Friday, March 21, 2008

Aristotle’s Rhetoric Was Written By A Jewish Woman

He went to his student Alexander (who was already Great), who went to King Ptolemy II, who sent to Jerusalem. (Call it the Macedonian Connection). The King commissions a group of 72 Jewish men to translate all their Hebrew writings into Greek so Aristotle could read them.

(An unnamed bilingual, biliterate wife of one of the men has read the following in תּוֹרָה

וַיִּנָּחֶם יְהוָה כִּי־עָשָׂה אֶת־הָאָדָם בָּאָרֶץ


וַיִּתְעַצֵּב אֶל־לִבֹּו׃

which starts her making up for the fact that no men--Jew nor Greek--has written anything to account for the power of personal speech. So she writes in Hebrew first and then in Hellene, which comes out something like this:

νυ̂ν μὲν οὐ̂ν οἱ τὰς τέχνας τω̂ν λόγων συντιθέντες οὐδὲν ὡς εἰπει̂ν πεπορίκασιν αὐτη̂ς μόριον ̔αἱ γὰρ πίστεις ἔντεχνόν εἰσι μόνον, τὰ δ' ἄλλα προσθη̂καἰ, οἱ δὲ περὶ μὲν ἐνθυμημάτων οὐδὲν λέγουσιν, ὅπερ ἐστὶ σω̂μα τη̂ς πίστεως , περὶ δὲ τω̂ν ἔξω του̂ πράγματος τὰ πλει̂στα πραγματεύονται).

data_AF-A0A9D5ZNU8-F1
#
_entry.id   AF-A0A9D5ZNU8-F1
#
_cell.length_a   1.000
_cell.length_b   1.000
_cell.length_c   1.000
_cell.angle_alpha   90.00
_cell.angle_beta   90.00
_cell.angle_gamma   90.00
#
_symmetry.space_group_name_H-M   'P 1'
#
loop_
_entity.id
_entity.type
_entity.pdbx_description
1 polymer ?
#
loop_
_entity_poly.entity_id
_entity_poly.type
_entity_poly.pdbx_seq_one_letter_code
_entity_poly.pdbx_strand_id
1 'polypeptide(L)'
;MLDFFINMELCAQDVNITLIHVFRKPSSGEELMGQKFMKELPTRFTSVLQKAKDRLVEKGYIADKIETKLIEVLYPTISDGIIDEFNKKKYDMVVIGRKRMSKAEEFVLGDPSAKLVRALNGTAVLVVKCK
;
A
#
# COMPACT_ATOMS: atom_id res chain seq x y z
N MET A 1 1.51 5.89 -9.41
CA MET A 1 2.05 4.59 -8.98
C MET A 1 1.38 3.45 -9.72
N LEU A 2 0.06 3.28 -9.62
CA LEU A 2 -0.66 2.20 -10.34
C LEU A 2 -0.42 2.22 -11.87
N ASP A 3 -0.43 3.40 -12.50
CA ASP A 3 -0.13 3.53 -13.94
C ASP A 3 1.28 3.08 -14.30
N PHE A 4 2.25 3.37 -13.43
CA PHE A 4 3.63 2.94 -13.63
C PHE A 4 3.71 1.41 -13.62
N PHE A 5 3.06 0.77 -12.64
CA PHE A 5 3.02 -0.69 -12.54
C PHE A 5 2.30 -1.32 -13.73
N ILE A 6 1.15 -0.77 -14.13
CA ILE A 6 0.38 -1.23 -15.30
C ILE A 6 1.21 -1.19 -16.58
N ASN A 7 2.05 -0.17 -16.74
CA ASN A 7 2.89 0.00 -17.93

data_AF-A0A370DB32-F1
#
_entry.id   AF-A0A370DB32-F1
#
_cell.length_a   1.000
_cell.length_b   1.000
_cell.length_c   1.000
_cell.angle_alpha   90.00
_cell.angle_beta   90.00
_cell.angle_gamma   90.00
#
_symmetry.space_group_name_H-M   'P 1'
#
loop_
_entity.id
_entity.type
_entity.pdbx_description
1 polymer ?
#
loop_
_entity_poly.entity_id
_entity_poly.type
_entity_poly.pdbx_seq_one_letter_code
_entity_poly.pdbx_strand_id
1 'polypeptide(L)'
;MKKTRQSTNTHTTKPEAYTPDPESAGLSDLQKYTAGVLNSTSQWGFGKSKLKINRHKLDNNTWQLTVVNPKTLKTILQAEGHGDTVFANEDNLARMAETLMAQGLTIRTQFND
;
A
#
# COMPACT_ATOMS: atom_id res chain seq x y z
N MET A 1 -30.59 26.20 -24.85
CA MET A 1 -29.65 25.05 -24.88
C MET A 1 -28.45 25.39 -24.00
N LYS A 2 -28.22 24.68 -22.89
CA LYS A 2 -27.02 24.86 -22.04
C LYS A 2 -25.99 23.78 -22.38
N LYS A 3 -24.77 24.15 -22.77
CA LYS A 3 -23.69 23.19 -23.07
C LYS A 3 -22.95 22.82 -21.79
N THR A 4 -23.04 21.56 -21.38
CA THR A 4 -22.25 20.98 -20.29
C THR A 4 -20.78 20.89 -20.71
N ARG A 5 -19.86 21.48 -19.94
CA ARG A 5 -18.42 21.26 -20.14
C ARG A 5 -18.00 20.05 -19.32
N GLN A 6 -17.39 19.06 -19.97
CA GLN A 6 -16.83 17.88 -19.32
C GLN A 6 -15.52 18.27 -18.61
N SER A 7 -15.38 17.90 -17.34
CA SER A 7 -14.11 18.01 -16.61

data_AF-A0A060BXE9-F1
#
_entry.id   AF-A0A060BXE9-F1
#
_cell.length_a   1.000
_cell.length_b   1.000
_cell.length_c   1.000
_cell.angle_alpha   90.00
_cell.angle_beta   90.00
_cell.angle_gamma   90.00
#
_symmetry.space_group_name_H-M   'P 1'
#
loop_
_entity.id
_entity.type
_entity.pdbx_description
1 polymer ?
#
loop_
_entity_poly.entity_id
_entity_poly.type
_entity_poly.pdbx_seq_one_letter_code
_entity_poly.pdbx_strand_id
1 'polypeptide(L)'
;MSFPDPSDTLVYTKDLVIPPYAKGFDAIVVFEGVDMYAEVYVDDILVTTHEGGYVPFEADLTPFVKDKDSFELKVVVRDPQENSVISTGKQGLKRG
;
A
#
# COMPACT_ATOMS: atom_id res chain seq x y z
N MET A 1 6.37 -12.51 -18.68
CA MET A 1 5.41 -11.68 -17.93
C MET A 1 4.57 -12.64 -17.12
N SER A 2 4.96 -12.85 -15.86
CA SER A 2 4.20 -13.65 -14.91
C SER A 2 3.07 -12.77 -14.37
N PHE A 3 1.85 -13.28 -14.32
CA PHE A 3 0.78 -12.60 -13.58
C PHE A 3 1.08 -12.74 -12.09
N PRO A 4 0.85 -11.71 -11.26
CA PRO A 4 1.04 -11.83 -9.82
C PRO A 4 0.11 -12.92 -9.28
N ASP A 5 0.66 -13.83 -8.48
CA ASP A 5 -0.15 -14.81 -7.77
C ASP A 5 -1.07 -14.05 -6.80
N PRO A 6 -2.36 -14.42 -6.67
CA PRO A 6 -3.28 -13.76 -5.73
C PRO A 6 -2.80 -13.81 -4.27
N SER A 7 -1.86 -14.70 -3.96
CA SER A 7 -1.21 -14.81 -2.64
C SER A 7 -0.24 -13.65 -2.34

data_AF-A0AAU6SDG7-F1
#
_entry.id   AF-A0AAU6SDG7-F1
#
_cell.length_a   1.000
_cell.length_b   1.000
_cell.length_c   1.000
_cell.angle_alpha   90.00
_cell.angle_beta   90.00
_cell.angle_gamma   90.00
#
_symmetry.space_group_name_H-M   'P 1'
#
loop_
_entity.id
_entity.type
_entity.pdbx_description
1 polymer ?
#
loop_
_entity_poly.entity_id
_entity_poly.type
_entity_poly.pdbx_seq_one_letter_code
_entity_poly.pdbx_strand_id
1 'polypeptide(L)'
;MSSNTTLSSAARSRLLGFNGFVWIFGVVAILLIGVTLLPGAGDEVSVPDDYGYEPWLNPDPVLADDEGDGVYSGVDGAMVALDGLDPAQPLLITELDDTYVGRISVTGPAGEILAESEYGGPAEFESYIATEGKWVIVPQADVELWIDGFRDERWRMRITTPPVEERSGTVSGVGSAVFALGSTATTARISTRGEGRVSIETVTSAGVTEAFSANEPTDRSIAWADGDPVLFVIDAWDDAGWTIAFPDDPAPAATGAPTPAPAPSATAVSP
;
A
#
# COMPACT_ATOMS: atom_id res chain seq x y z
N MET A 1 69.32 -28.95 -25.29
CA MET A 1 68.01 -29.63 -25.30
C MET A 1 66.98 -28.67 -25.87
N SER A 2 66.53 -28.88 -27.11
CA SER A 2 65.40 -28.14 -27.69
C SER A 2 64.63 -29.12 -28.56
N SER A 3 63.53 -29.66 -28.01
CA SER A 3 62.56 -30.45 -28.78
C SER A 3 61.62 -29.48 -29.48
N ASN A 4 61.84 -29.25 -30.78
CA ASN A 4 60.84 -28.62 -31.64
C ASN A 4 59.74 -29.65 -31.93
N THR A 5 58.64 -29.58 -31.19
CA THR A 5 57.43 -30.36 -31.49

see verse 3.

Aristotle takes the credit because later on he makes a bunch of revisions (and besides he didn't know how to pronounce the woman's name).

Now, if you have trouble believing that in your body, in your inner passion, then start with this first:

Shakespeare's Plays Were Written By A Jewish Woman

Here's eight kinds of proof Amelia Bassano was the real Bard.

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